Dynamic authentication, on the other hand, uses data mining. For example, the end user will be asked to confirm the value of a recent purchase, the name of a standing order payee or their current balance. In this case, the IT system uses gated data to create a security question, rather than repeating the same preset questions. It’s a more complex system for banks and credit unions to set up, but more robust. 

How Banks and Credit Unions Can Use Knowledge-Based Authentication

Financial institutions find themselves with a conundrum to solve. On the one hand, they want to be able to roll out personalized digital and mobile banking services to their end users, not least to compete with the growing number of mobile-only neobanks. At the same time, end users expect these services to be frictionless, allowing them to sign-in quickly, but without compromising on security. That leaves financial institutions with the following options:

Single Sign On authentication (SSO): e.g., password or PIN

  • Good: These can be saved automatically. 
  • Bad: Vulnerable to a data breach. 

Two-factor authentication (2FA): e.g., password then code sent by SMS 

  • Good: Locks out hackers who only have the password. 
  • Bad: Often it’s left as an optional level of security, and it can frustrate end-users. 

Third-party authentication 

The end user accesses their account through a trusted app or platform, often to make frictionless payments at checkout. 

  • Good: Solves the problem of leaving a shopping site to open a payment platform.
  • Bad: Poses a variety of compliance issues in relation to data storage. 

Token authentication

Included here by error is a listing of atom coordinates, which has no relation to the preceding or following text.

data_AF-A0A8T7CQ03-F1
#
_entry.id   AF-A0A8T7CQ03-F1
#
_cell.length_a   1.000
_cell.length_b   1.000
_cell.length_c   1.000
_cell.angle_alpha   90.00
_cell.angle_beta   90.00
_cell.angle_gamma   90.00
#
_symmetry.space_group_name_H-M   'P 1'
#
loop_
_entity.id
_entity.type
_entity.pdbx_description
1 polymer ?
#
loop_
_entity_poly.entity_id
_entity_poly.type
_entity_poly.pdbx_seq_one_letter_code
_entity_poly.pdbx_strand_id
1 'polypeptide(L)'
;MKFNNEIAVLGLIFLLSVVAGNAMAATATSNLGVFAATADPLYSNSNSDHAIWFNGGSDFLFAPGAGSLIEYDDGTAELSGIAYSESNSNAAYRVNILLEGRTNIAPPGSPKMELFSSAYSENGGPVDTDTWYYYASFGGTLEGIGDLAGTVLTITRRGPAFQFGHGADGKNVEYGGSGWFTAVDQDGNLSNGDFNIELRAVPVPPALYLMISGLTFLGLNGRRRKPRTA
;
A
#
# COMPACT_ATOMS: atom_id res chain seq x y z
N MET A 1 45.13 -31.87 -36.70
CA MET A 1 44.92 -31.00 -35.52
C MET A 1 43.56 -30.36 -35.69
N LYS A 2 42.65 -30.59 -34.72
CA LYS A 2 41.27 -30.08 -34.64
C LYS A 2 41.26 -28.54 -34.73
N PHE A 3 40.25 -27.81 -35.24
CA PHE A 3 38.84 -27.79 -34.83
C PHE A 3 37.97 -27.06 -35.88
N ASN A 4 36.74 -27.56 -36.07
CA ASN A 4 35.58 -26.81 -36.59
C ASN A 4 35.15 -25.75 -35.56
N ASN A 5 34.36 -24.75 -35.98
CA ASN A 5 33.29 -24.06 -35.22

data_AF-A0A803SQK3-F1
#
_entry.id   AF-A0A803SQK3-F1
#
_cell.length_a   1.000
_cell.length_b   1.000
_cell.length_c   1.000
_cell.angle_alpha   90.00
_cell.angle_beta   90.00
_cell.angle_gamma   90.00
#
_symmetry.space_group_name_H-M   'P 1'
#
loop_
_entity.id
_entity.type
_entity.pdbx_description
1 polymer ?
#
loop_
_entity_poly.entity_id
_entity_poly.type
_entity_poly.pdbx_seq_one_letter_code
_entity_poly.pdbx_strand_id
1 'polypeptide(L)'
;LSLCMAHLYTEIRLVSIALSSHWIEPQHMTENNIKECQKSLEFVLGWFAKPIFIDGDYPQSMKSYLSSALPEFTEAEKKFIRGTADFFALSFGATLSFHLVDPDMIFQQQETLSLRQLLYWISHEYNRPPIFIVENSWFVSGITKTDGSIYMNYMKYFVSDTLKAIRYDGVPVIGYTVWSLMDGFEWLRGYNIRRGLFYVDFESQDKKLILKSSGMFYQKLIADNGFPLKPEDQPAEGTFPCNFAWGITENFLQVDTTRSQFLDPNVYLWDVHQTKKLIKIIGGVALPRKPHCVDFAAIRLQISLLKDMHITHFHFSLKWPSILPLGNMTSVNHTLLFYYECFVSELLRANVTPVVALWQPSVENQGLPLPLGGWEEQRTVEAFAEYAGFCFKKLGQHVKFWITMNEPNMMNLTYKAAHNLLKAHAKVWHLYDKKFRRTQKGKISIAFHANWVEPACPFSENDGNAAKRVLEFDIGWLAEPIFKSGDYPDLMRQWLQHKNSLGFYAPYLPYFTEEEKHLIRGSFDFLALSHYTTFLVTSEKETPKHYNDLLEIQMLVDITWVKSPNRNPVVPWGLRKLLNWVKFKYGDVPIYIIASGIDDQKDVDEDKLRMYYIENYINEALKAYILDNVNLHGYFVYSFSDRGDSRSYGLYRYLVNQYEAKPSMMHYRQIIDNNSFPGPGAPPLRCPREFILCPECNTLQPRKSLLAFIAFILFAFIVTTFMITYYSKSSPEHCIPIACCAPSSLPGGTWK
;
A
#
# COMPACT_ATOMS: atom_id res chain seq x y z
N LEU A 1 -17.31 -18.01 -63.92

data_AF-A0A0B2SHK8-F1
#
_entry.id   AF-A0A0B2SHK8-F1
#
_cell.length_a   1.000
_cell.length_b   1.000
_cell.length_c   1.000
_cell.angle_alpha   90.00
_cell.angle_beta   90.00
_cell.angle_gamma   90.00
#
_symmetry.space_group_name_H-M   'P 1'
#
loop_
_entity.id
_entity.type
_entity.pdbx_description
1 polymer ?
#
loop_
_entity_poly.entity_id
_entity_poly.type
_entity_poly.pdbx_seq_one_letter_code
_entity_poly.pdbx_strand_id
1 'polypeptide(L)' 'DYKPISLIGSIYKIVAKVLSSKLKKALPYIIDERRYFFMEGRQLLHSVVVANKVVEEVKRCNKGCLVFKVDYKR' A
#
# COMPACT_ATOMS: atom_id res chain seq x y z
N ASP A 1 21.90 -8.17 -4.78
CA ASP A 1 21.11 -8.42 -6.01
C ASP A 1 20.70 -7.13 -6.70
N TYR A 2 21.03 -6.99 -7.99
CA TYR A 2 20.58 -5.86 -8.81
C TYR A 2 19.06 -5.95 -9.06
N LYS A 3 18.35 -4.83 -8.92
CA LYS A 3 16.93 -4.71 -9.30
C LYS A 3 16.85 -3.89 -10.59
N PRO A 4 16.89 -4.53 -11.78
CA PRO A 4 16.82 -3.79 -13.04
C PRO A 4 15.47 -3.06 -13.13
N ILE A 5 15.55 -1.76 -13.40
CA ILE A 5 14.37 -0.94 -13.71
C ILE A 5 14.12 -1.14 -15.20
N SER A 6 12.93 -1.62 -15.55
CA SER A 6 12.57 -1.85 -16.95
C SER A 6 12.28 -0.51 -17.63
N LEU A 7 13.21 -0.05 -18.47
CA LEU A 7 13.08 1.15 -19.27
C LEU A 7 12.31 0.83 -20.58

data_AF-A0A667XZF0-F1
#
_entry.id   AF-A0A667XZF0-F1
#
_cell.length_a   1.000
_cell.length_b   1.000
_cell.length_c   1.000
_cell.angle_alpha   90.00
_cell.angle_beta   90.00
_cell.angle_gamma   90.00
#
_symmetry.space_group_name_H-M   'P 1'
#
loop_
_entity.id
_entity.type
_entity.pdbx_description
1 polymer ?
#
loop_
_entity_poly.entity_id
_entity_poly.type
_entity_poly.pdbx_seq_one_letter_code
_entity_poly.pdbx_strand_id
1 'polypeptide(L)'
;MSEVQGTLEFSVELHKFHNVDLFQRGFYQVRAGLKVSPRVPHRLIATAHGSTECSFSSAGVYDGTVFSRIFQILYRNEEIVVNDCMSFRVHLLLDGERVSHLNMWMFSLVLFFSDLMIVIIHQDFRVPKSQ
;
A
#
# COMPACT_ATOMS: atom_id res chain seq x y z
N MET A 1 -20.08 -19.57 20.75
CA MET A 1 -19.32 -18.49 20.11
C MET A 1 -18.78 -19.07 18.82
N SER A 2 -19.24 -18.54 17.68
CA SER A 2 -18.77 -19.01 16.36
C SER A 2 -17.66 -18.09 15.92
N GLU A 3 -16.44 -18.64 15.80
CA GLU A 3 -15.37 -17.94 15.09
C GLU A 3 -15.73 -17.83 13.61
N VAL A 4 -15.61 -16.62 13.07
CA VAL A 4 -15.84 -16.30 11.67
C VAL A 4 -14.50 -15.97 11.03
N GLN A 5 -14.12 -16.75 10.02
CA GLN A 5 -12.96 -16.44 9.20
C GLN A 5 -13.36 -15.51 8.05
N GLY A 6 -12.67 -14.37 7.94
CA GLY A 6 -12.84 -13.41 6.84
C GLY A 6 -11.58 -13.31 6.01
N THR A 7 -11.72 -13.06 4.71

The end user needs a physical USB, fob or token, or a digital QR code to log in. 

  • Good: Very difficult to hack, especially from afar. 
  • Bad: Easy to lose. 

Biometric authentication, such as an iris scan, fingerprint scan or facial recognition

  • Good: Fast, frictionless and extremely secure. 
  • Bad: a complex system to operate from a bank perspective, and some traditional end users find biometrics rather sinister. 

Banks and credit unions do not have to use all of the above to secure account access. Indeed, doing so would probably deter end users entirely as it would significantly lengthen the login process. But KBA should certainly feature as part of a multi-factor defense, and it can be fortified behind the scenes with IP verification or device recognition, so that extra measures are triggered only when the end user attempts to sign in from an unrecognized device or location.

Authentication With Lumin Digital

With Lumin Digital, security protocols are already embedded into the cloud-native mobile app, leaving no gaps in the fence for hackers to slip through. Our solution supports KBA at log in without increasing friction, so you can add an extra layer of security without placing unnecessary obstacles in the end-user journey. Contact us today to learn more!


National Institutes of Standards in Technology (NIST) – Knowledge-Based Verification (KBV)

Idology – Knowledge Based Authentication: The Difference between Static, Dynamic & Enhanced KBA (Infographic)

National Institutes of Standards in Technology (NIST) – A Retrospective Look: Advancing standards for strong identity and authentication in the Identity Ecosystem